How to help Syrian refugees in Turkey

Help those in need now!The recent photo of three year old Aylan Kurdi lying dead on the beach in Bodrum has provoked a storm of emotion and galvanised people around the world into providing help for Syrians who have been forced to flee their country. For those of us living in Turkey and the Greek Islands, we know he is not the first child or person to die trying to cross to Europe, and nor will he be the last. Reports of hazardous boats packed with too many people capsizing resulting in the death of those on board, have been in the news every week for almost the last year. Over the last few years more and more Syrians have been coming to Istanbul and other Turkish city centres, seeking refuge, so it’s more important than ever to know to help Syrian refugees in Turkey.

To date 7.6 million Syrians have been internally displaced and another 4 million have fled to neighbouring countries*. Nearly 2 million of those are in Turkey**. The sheer number of people is overwhelming, and I know many people feel helpless in the face of such need. It’s hard to know who to help first, where to send money and goods, and whether in fact it will make a difference. I believe even the smallest contribution counts. Living in Istanbul, with three Syrian refugee families on my street, I am able to give directly. I think it’s important that my money and other contributions go directly to those in need, so if you feel the same, here are some organisations you can contact to learn how to help Syrian refugees in Turkey.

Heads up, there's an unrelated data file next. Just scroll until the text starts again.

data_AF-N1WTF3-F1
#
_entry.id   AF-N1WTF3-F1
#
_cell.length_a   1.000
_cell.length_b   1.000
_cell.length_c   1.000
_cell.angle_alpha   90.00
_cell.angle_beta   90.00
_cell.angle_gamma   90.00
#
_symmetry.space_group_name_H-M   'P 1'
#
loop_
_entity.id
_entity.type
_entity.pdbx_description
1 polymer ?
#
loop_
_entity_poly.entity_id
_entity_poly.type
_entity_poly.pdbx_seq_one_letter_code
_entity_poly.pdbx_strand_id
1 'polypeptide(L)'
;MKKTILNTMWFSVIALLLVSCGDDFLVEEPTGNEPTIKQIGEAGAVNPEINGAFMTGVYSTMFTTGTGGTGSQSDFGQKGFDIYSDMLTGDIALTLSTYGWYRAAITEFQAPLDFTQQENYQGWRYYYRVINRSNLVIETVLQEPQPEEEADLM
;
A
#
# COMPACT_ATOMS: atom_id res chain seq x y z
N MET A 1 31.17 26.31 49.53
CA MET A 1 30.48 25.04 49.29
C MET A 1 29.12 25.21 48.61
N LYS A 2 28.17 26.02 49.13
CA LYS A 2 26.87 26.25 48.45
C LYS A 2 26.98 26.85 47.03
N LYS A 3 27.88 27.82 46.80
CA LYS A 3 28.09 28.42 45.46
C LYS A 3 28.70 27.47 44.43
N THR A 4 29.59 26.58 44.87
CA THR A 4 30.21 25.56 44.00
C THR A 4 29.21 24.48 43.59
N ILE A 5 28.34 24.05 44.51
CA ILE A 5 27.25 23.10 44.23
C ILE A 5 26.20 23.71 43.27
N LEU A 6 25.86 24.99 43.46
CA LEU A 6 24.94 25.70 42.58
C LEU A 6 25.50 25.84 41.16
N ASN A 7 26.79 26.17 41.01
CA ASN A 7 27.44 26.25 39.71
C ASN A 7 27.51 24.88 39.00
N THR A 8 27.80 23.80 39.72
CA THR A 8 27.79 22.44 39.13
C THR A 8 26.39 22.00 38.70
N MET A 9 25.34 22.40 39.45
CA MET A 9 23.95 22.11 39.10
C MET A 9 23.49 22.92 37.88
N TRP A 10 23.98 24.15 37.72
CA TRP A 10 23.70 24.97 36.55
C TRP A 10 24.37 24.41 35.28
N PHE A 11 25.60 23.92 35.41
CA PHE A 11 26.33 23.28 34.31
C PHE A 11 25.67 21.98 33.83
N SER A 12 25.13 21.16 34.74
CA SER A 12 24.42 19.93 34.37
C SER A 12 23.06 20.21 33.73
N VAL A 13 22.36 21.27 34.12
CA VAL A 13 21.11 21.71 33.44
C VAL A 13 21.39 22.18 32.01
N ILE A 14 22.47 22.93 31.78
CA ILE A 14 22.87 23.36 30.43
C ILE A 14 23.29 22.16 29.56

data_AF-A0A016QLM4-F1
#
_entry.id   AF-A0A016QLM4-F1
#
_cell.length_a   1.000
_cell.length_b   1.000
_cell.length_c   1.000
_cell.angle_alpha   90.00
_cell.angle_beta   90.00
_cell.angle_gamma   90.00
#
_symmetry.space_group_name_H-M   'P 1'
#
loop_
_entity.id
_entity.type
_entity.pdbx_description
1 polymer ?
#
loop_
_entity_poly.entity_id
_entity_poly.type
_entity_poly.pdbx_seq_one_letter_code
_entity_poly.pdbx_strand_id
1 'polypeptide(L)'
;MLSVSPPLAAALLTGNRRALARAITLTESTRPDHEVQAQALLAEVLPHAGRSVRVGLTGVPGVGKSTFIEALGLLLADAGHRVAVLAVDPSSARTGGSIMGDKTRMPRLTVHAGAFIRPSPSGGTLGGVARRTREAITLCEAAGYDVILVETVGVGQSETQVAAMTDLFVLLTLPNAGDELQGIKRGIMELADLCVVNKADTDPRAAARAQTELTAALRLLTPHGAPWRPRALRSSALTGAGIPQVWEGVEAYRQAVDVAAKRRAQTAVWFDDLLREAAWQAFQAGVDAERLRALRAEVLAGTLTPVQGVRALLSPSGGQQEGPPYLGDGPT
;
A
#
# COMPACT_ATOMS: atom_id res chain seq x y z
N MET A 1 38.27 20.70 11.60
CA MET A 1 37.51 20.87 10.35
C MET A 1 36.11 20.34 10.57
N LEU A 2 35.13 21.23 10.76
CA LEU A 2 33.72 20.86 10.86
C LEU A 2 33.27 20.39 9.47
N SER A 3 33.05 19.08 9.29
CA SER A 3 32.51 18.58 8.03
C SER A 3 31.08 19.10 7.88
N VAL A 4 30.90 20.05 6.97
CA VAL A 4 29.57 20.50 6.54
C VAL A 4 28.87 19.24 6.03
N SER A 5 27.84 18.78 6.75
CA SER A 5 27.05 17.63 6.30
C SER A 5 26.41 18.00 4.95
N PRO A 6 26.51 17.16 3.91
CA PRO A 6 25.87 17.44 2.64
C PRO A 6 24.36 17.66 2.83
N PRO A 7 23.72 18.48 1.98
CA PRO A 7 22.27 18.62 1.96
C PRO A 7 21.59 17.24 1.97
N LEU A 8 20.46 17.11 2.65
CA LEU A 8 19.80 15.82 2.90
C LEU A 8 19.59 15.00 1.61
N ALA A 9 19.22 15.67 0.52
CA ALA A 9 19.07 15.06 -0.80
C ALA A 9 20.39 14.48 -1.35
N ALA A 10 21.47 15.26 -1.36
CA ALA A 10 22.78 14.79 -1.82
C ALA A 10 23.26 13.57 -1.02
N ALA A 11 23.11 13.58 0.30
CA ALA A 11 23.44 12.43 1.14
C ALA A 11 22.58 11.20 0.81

ISTANBUL

Caritas in Istanbul

As well as helping refugees acquire documentation, Caritas accepts clean second hand clothes, bedding, shoes etc. in good condition. They can accept small kitchen items, such as plates, knives, forks, pots, pans etc. Unfortunately they have no storage facilities or van, so they cannot accept furniture. The volunteers come from a variety of countries and most of them speak English. They have set hours for accepting donations so ring before you take your contributions to them.

Small Projects Istanbul

Small Projects in Istanbul helps mainly Syrian adults and children. Through language lessons, theatre and other activities they hope to enable the refugees to create a better future with the skills to improve their lives. They accept cash donations through a secure link on their website.

Ad.Dar Istanbul

Ad.dar (“home” in Arabic) is an all-volunteer, non-political, non-religious, multi-cultural community initiative established for Syrian and Syrian-Palestinian refugees living in Istanbul. Ad Dar’s international volunteers (from Syria, Turkey, United States, Germany, Canada and more) organize activities and classes, as well as various forms of practical, social, and emotional assistance for children, families, and youths. They accept cash donations through a secure link on their website.

BODRUM

Bodrum Humanity (formerly Care Packages for Syrian Refugees)

Bodrum Humanity Facebook page